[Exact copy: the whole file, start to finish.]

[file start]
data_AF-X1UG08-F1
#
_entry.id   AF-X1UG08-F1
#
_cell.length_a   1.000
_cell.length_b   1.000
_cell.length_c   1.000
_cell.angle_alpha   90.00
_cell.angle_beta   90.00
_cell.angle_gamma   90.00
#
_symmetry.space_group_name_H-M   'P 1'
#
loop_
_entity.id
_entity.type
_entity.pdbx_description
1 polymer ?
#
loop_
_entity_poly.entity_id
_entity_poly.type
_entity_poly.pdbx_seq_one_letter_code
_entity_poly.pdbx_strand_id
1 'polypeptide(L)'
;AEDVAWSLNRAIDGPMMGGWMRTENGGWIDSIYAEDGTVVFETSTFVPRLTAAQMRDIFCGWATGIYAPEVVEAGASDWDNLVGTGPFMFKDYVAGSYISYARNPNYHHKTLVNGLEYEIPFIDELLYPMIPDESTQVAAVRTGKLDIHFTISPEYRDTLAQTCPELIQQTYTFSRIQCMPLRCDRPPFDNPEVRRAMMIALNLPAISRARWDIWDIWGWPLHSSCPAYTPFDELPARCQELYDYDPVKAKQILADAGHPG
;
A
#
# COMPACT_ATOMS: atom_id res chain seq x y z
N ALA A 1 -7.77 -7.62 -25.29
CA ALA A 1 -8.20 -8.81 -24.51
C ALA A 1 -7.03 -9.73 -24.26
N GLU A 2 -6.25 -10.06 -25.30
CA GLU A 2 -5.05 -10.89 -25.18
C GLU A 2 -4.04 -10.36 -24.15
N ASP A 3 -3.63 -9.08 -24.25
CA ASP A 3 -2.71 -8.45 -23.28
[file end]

data_AF-X1UG08-F1
#
_entry.id   AF-X1UG08-F1
#
_cell.length_a   1.000
_cell.length_b   1.000
_cell.length_c   1.000
_cell.angle_alpha   90.00
_cell.angle_beta   90.00
_cell.angle_gamma   90.00
#
_symmetry.space_group_name_H-M   'P 1'
#
loop_
_entity.id
_entity.type
_entity.pdbx_description
1 polymer ?
#
loop_
_entity_poly.entity_id
_entity_poly.type
_entity_poly.pdbx_seq_one_letter_code
_entity_poly.pdbx_strand_id
1 'polypeptide(L)'
;AEDVAWSLNRAIDGPMMGGWMRTENGGWIDSIYAEDGTVVFETSTFVPRLTAAQMRDIFCGWATGIYAPEVVEAGASDWDNLVGTGPFMFKDYVAGSYISYARNPNYHHKTLVNGLEYEIPFIDELLYPMIPDESTQVAAVRTGKLDIHFTISPEYRDTLAQTCPELIQQTYTFSRIQCMPLRCDRPPFDNPEVRRAMMIALNLPAISRARWDIWDIWGWPLHSSCPAYTPFDELPARCQELYDYDPVKAKQILADAGHPG
;
A
#
# COMPACT_ATOMS: atom_id res chain seq x y z
N ALA A 1 -7.77 -7.62 -25.29
CA ALA A 1 -8.20 -8.81 -24.51
C ALA A 1 -7.03 -9.73 -24.26
N GLU A 2 -6.25 -10.06 -25.30
CA GLU A 2 -5.05 -10.89 -25.18
C GLU A 2 -4.04 -10.36 -24.15
N ASP A 3 -3.63 -9.08 -24.25
CA ASP A 3 -2.71 -8.45 -23.28